The risk of a Virginia home losing value over the next two years is dropping as the economy improves, according to the latest PMI Market Risk Index report. The report doesn't discuss how much a home's value could change -- only the likelihood that in two years it will be worth more or less than it is today. The Market Risk Index is historically about 80% accurate.
Researchers calculated the risk using factors such as unemployment rates, housing affordability, and past price appreciation.
Our attorneys have been getting several variations of this question recently...
Q: My buyer clients made an offer on a short sale on April 29. The sellers ratified the contract on April 30th. The bank hasn't even had an opportunity to review the offer yet. Will my clients be able to claim the homebuyer tax credit?
Our quarterly home sales report for transactions completed between January 1 - March 31, 2010 was released today. The highlights:
May 1 is May Day. Could be an appropriate thing to say the day after the homebuyer tax credit expires, don'tcha think?
So here it is... Life after the homebuyer tax credit. For about two years now we've had this artificial economic stimulus at work in the housing market. Some say it helped the housing market avoid a complete collapse. Others say it was a waste of money, and simply moved up Americans' home purchases by a few months. And there's no denying it generated activity in the market. But in just a few scant hours: *poof!* it's gone.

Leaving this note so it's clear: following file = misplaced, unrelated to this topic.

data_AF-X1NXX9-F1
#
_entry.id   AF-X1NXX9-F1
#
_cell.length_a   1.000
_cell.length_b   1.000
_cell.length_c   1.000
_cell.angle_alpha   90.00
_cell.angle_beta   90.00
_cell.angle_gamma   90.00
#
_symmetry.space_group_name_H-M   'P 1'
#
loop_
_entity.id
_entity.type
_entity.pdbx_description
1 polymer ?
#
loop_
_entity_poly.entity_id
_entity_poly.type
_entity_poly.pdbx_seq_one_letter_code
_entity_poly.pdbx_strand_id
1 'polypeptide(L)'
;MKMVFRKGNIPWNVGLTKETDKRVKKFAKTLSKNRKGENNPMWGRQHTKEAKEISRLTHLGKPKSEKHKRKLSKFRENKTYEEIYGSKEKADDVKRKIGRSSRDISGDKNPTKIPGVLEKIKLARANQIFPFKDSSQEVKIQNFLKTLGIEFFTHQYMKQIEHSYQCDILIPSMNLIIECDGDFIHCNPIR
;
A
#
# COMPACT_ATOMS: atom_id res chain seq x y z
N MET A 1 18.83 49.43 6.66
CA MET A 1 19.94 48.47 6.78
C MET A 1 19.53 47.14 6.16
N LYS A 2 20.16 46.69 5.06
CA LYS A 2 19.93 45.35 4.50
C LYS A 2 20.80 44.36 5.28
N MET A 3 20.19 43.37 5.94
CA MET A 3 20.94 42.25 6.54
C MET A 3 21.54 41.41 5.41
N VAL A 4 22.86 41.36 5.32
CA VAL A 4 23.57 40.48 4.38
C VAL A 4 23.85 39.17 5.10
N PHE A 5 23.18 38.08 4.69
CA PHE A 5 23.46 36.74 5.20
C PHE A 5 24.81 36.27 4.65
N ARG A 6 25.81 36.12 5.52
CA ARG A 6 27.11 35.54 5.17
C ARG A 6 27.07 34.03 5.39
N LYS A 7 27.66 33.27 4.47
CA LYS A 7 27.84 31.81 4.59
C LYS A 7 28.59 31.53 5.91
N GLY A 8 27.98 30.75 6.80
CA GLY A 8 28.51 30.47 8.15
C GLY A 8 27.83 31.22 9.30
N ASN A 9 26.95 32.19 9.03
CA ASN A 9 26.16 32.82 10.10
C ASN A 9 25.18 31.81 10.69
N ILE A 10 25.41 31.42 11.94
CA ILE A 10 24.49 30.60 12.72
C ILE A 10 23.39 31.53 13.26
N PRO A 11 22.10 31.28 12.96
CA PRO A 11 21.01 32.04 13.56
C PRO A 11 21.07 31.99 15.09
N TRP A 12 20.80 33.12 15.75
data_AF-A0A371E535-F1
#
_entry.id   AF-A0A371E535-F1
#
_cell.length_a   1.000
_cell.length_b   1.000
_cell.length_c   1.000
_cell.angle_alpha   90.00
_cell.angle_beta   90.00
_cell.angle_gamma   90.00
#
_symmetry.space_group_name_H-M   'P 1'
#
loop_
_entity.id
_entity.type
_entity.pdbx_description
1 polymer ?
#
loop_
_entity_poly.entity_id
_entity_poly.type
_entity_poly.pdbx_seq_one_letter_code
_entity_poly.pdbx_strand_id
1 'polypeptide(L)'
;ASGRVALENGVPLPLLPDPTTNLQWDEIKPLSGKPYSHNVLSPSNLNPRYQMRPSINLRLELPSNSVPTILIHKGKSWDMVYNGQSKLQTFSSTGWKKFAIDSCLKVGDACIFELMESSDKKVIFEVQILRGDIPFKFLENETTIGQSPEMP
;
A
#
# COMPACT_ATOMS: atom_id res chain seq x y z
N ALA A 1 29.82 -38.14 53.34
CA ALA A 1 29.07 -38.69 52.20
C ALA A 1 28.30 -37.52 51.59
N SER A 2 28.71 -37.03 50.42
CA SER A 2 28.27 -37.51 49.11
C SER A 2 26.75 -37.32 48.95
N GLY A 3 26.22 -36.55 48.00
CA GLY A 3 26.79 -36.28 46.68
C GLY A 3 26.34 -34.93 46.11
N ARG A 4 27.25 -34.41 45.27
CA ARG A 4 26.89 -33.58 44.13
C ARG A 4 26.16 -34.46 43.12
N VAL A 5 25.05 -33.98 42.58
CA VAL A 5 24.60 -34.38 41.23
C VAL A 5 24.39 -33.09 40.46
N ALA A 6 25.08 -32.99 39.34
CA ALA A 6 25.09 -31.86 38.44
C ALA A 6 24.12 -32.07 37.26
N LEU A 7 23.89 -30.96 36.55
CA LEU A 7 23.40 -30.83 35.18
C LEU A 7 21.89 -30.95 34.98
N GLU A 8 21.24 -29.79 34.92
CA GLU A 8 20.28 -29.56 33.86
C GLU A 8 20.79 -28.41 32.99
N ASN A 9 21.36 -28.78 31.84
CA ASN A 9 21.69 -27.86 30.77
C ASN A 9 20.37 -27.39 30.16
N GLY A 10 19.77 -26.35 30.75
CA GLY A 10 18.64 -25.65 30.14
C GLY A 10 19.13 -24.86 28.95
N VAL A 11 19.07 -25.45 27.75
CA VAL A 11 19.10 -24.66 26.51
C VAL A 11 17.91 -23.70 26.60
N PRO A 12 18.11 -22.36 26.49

In Governor Bob McDonnell's first 100 days in office, Virginia closed more than 50 economic-development deals that together will create 3,100 jobs and generate $360 million in investments in the Commonwealth.
Jobs and community investments are key issues for homeowners. New jobs allow existing homeowners to pay the mortgage and stay in their homes. A strengthening economy also encourages buyers to shop for new homes, possibly driving up prices and holding down the number of days houses stay on the market before being sold.
Read more in the Richmond Times-Dispatch....
CRS Training Meeting and Board of Directors Meeting
Agenda to follow
VAR's Q1 home sales report is out. So how’s the housing market in Virginia?
Well, it depends on which market in Virginia you’re talking about. And even within markets, things can vary: one part of your community may be faring much better than another. The first quarter home sales numbers are in, and all across Virginia, some statistics are sweet, others are sour. Only one thing’s clear: There’s no sign we’re out of this housing mess yet, and that’s a fact that’s hard to swallow for Virginia homeowners. The good news is that some data seem to be signaling what could be the beginning of the end of the housing market's woes.